There is Facebook and Twitter, Google+ and Tumblr, Pinterest and Instagram. And those six are a very small fraction of the most popular social media applications that many of us engage with on a daily basis. Some argue that the social media devours far too much of our attention and I won’t argue that, caution is needed. But my big issue is the increasing amount of time I have to spend just to rein in the ever evolving privacy settings.
This is time I have to invest even on those applications I seldom log into anymore. Just because I don’t update them doesn’t mean I want the content I’ve created earlier spread to the four winds without my knowledge.
Of course, as an IT professional with a specialization in web technologies, I spend a great deal of my time online. And, being so involved in the online world, I’m careful not to share anything that I wouldn’t be comfortable having shared with the public. I am very well aware that anything I post anywhere is not guaranteed to stay under wraps. As a colleague of mine is fond of saying, “the only completely secure system is one that’s not plugged in.”
Just the same, we will all come to expect online service providers to protect our privacy to the best of its ability. Despite all of the breaches due to external forces, we have a reasonable expectation of basic privacy. That is up to the point when an online service completely revamps its terms of service or privacy settings and then leave it up to us to play catch up.
You may remember the storm that was unleashed when Facebook updated its privacy settings late in 2011 which accidentally shared supposedly private content. Even Facebook CEO Mark Zuckerberg wasn’t immune to that security hiccup, his private photo albums were wide open to the public. And now some of the biggest names online are at it again.
Both Google and Facebook are enacting sweeping changes to its networks. In the case of Facebook, the changes cover more than one front. In the case of Facebook-owned photo-sharing service Instagram, the changes are not so related to privacy, but they are still worthy of note. The first change will place advertisements in user’s streams. The second removes the option to prevent videos from auto-playing when you visit an Instagram timeline. So watch out if you use Instagram and you have any concerns about your bandwidth.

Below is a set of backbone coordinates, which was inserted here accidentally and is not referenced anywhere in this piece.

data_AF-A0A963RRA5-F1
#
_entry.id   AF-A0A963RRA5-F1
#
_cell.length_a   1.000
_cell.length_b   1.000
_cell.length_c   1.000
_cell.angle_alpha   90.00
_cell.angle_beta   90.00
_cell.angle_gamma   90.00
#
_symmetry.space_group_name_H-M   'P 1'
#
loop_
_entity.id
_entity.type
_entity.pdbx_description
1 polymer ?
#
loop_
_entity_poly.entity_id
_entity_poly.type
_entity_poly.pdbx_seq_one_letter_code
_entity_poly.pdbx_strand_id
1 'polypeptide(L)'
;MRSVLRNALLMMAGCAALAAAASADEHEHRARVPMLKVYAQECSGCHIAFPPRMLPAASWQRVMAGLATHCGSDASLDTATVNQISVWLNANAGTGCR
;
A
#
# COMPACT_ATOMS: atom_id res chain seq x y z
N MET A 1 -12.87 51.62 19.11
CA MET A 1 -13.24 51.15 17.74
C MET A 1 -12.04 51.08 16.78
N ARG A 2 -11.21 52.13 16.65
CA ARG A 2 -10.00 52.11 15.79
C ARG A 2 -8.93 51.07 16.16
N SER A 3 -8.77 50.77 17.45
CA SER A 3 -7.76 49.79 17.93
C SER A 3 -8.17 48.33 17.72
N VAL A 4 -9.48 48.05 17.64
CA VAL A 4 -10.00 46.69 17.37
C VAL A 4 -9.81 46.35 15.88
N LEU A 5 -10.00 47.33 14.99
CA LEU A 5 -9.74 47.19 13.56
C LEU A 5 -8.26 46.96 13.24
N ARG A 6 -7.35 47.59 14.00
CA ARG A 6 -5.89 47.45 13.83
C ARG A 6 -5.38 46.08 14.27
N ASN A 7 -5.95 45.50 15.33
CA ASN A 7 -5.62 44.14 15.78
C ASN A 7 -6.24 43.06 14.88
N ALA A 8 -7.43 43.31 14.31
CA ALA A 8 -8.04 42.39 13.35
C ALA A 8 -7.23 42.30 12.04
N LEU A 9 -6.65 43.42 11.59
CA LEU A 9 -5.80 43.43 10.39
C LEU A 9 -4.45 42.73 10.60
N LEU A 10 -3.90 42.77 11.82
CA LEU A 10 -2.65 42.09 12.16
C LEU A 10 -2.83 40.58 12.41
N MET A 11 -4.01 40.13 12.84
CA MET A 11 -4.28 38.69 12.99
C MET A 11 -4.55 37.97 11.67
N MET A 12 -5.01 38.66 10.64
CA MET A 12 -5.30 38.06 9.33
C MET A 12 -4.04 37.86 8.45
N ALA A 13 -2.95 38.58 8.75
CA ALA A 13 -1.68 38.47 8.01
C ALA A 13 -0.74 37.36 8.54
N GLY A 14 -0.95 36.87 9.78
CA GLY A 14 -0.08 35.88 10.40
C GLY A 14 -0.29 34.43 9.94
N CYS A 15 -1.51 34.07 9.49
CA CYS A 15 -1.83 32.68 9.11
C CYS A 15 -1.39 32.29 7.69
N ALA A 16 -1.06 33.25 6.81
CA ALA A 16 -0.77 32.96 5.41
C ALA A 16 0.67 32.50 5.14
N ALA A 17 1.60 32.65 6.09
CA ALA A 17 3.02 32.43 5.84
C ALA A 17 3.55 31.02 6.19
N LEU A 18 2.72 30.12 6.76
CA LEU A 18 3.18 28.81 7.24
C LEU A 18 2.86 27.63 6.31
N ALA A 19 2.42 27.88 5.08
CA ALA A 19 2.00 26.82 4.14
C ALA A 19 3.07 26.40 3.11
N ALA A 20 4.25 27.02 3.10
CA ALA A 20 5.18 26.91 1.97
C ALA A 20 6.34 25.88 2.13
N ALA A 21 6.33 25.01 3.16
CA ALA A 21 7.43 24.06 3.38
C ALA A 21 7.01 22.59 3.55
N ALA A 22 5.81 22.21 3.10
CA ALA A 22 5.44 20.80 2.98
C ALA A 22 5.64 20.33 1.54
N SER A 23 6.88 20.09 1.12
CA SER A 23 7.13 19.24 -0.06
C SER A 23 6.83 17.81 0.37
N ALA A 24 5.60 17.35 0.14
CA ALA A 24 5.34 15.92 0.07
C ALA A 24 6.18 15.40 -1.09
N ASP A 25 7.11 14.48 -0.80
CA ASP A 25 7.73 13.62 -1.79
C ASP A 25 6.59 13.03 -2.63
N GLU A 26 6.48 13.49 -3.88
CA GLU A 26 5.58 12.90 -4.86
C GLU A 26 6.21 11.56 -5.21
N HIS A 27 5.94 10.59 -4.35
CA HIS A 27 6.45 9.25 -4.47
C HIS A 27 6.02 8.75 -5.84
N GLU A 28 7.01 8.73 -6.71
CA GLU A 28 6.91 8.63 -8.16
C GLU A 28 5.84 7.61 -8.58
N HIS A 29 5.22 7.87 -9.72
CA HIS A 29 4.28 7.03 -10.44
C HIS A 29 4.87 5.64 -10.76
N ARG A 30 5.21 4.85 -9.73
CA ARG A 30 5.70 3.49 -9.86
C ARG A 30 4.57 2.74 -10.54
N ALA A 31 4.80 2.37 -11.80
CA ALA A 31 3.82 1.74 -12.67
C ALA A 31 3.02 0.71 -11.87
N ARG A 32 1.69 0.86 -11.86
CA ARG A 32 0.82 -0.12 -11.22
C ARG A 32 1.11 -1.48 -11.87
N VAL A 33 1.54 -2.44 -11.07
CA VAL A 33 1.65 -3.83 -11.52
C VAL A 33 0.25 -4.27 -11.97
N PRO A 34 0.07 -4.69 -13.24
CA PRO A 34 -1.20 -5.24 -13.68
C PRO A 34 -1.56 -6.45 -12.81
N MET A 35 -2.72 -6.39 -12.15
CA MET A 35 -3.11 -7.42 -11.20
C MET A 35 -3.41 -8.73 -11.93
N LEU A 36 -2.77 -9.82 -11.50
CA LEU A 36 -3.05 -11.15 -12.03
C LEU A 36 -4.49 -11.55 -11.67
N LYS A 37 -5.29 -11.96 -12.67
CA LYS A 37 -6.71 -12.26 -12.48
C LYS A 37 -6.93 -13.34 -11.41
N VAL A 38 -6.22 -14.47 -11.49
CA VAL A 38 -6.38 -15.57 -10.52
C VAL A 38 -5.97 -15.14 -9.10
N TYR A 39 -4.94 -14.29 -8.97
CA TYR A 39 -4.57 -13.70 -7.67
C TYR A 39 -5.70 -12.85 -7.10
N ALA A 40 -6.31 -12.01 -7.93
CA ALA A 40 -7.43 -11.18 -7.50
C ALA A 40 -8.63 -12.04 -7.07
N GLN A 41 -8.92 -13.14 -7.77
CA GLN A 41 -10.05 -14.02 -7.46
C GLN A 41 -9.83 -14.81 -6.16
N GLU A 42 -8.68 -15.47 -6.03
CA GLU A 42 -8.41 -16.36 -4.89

As for changes on Facebook itself, this one nails privacy on the head. Check the Facebook blog for details, but in a nutshell you will no longer be able to block your profile from showing up in all searches. Until recently, if you weren’t connected to a user then they would not see your profile if you had selected that option in your settings. So if you use Facebook in “stealth” mode, where you have a hidden profile to avoid unwanted friend requests, the game is changing.
And then we have Google+. A social network that currently has a somewhat smaller footprint than the ubiquitous Facebook, but one with a great deal of potential. After all, there is a huge user base on other Google applications like GMail, Google Drive, Maps, Search and the Google Play Store.
If you have taken the plunge and filled out your Google+ profile then you might want to double check that your picture is one you don’t mind showing up way more often and in new places. Google is integrating Google+ profiles and activities with their main revenue stream, Google Ads.
Essentially Google will be placing users’ profile pictures and their activities into ads and recommendations. To be fair, your picture and other information will only be seen by other users that you’ve accepted as Google+ contacts. Just the same, I doubt you realized your activity would be so visible when you gave that so-so restaurant a +one recommendation out of pity.
We had all best keep an eye out for further messages from our various online networks. A single email mixed in with the steady deluge of other network notifications is likely to be the only hint to opt out of the latest privacy overhaul that we’ll receive.
Jon Reid is an IT professional working in Corner Brook. His column appears every other Tuesday in The Western Star.